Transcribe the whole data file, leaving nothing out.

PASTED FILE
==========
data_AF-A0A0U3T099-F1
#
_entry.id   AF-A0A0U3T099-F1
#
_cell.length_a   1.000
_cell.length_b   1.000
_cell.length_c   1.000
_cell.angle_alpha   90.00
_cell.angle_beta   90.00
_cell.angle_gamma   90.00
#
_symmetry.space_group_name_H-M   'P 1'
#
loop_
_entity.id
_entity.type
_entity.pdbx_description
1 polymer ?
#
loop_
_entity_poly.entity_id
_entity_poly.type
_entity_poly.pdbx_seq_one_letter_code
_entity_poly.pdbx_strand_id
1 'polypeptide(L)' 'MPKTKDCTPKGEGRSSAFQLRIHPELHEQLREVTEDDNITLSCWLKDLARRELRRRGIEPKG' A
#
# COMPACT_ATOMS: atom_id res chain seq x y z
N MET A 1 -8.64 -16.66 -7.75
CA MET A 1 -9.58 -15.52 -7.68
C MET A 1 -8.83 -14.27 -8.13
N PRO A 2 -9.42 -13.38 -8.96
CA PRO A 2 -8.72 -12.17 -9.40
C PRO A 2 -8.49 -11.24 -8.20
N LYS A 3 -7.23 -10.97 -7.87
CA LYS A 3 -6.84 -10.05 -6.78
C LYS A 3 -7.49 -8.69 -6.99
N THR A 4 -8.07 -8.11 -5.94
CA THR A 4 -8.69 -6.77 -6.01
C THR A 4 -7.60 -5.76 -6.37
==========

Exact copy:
data_AF-A0A0U3T099-F1
#
_entry.id   AF-A0A0U3T099-F1
#
_cell.length_a   1.000
_cell.length_b   1.000
_cell.length_c   1.000
_cell.angle_alpha   90.00
_cell.angle_beta   90.00
_cell.angle_gamma   90.00
#
_symmetry.space_group_name_H-M   'P 1'
#
loop_
_entity.id
_entity.type
_entity.pdbx_description
1 polymer ?
#
loop_
_entity_poly.entity_id
_entity_poly.type
_entity_poly.pdbx_seq_one_letter_code
_entity_poly.pdbx_strand_id
1 'polypeptide(L)' 'MPKTKDCTPKGEGRSSAFQLRIHPELHEQLREVTEDDNITLSCWLKDLARRELRRRGIEPKG' A
#
# COMPACT_ATOMS: atom_id res chain seq x y z
N MET A 1 -8.64 -16.66 -7.75
CA MET A 1 -9.58 -15.52 -7.68
C MET A 1 -8.83 -14.27 -8.13
N PRO A 2 -9.42 -13.38 -8.96
CA PRO A 2 -8.72 -12.17 -9.40
C PRO A 2 -8.49 -11.24 -8.20
N LYS A 3 -7.23 -10.97 -7.87
CA LYS A 3 -6.84 -10.05 -6.78
C LYS A 3 -7.49 -8.69 -6.99
N THR A 4 -8.07 -8.11 -5.94
CA THR A 4 -8.69 -6.77 -6.01
C THR A 4 -7.60 -5.76 -6.37